Have you ever wondered how likely it is that you’ll be able to produce all the calories you’ll need on that piece of land you have? How much land for livestock? How about those solar panels you were thinking about? How many square feet of panels will provide you with the electricity you’ll need? There are ways to figure this out, and the answers may surprise you.
Let’s start by talking power. In a collapse situation, you’ll probably be able to rely on the sun and wind and not much else, unless you’ve built a watermill. The best answer might be installing some solar panels on your roof. This is a commonly available option that many people are considering nowadays. Let’s say part of your roof is facing south (the best place for a solar panel) and you get 7 hours or so of sunlight, on average. To get the amount of power that an average home uses in a year, you’ll need 375 square feet of panels. These things aren’t cheap, and that much hardware is going to be beyond the average family’s financial reach. This means that you’ll have to make decisions regarding how to ration the power you ARE able to produce. Look around the house, and you’ll probably see lots of things that are plugged in that you can eliminate if the stuff ever hits the fan. This is part of the planning you’ll need to do now, so that you’ll be better prepared for times of trouble.
How about food? If you have a family of four, you’ll want to provide at least 2000 or so calories per adult, more if you’re a big guy, maybe a little less for kids. The formula is simple: At least 30 calories per kilogram of body weight. One kilogram equals 2.2 pounds, so an 80 kilogram adult would weigh 176 pounds. The formula says 30 x 80 = 2400 calories/day. A 50 kilogram (110 pound) 12 year old would need 30 x 50 =1500 calories, and so on. All in all, you’ll need to provide 8000-9000 calories a day to maintain your family of four’s weight.
So, let’s talk about some hard realities. No matter how much food you’ve got stored, it will eventually run out in a full-blown collapse. For your future success, better get that garden growing. Anyone who’s done it will tell you that there’s a learning curve, and you sure don’t want to plant that first seed in the midst of the Zombie Apocalypse.
Now, let’s separate your garden out into three categories: fruits, berries, and vegetables, then wheat, then corn. If you went totally vegetarian, you would need a little less than half an acre per person to provide all of those calories. That means a family of 4 needs almost 2 acres of farmable land!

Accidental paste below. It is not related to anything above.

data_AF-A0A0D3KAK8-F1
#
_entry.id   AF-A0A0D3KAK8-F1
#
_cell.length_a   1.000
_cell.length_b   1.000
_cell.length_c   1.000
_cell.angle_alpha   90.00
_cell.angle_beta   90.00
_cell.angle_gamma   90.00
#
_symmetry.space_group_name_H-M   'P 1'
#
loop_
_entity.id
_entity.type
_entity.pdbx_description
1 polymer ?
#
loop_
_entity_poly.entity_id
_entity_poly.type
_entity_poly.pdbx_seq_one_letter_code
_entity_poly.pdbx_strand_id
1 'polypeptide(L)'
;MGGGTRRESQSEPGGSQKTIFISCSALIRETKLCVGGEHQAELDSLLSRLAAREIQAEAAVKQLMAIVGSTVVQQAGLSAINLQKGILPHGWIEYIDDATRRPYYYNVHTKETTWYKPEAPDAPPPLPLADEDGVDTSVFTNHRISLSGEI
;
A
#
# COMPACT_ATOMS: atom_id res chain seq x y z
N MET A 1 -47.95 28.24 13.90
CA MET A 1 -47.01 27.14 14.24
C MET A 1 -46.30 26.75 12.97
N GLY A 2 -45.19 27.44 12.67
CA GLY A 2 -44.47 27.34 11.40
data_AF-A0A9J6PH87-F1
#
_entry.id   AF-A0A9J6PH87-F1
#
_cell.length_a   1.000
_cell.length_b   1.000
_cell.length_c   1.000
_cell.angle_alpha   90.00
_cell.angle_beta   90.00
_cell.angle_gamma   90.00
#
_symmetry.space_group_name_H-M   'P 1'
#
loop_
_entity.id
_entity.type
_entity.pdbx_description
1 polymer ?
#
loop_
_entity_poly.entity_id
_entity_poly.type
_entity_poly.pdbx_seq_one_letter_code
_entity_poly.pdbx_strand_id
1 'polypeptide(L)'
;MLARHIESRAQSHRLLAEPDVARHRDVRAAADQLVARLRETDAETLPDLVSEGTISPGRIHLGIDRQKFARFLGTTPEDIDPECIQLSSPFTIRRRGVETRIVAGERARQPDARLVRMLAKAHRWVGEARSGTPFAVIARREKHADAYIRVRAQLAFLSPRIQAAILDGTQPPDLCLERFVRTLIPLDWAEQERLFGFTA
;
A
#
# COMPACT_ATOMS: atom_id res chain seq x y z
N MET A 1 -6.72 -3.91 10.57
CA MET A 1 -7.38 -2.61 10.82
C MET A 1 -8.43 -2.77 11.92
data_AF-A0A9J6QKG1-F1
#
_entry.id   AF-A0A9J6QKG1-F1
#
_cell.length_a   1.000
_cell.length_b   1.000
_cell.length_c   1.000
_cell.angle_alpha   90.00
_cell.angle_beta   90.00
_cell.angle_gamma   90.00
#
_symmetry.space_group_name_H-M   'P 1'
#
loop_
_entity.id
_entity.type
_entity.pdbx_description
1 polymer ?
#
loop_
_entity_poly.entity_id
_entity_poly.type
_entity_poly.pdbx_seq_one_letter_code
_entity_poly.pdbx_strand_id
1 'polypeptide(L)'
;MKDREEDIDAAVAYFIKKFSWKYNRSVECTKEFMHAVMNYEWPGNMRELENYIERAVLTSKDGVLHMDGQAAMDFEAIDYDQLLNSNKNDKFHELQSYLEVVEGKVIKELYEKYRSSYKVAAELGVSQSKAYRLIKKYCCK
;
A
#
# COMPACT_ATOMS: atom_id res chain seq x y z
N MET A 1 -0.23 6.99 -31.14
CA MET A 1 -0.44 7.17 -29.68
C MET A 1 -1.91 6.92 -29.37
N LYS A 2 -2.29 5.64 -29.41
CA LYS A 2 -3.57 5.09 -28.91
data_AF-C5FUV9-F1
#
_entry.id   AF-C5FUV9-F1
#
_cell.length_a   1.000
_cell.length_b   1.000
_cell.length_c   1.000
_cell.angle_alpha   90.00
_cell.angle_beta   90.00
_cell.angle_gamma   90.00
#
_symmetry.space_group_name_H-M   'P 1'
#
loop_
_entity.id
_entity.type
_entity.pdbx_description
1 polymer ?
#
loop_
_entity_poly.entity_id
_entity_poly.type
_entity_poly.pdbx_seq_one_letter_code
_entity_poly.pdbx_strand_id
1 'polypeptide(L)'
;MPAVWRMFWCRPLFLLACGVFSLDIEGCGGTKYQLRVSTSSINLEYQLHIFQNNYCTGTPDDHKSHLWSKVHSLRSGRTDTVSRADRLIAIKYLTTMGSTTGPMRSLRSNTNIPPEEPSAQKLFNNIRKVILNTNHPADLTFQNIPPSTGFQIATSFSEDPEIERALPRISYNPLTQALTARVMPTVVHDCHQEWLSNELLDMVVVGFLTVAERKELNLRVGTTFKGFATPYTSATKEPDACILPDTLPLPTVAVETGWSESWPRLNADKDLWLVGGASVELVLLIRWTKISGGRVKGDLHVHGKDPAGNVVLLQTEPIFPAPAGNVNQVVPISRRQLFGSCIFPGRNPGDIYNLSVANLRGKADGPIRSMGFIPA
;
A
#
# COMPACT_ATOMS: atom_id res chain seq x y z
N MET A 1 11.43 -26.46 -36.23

The majority of this land will go to fruits, berries, and veggies. You’ll get the most nutrients in terms of vitamins and minerals from these. To decrease the amount of land you’ll need, consider companion planting. Some organic farmers will plant sunflowers, and then plant peas that will grow up the long stalks. The same goes with corn, squash, and pole beans. Squash will grow low to the ground, pole beans will take the intermediate area, and corn up high. Make sure you don’t put plants in the same family together, such as dill and carrots. They will share the same pests and diseases, which could possibly spread from one crop to the other.
If you stock up on wheatberries and use your handy dandy Wondermill, you can cut the land requirement down a bit. A mix of prepared food storage and gardening will keep you healthy and fed for a longer time. Corn isn’t a very land-efficient crop, but you might need it for your livestock. An alternative if you need to trim that acreage down a bit more is to stock up on bushels of corn feed; that’s about 55 pounds of feed for about $9-10. This is a good idea, but you’ll use a lot of it. It takes 10 bushels of corn to get a hog from weaning to slaughter. Btw, corn prices are going higher; they were less than 5 dollars a couple of years ago.
Don’t forget, you’ll need some land for hog wallows, goats, rabbits and chickens. All of these animals can be raised in relatively small amounts of space, and provide important protein. You’ll need a good 200 square feet for 3 hogs, more if they have piglets. You can get away with less for each of the other animals.
You might have to forget about cows; they aren’t land-efficient. If you want milk, think about goats, especially Nubian Goats. This variety can produce 1800 lbs. of milk a year, according to various sources. That’s a lot of milk! How about eggs? The average family of four will eat 1000 eggs or so a year. To reliably get this quantity, you’ll need about 10-15 birds in your henhouse, depends a lot on the breed and the ingenuity of the local foxes and raccoons.
You could probably squeeze this all in with an acre and a half of land. If you don’t have that much property, now you know you’ll need that much more food storage to make up the difference. This is information I thought was important for me to know, and now you know it too.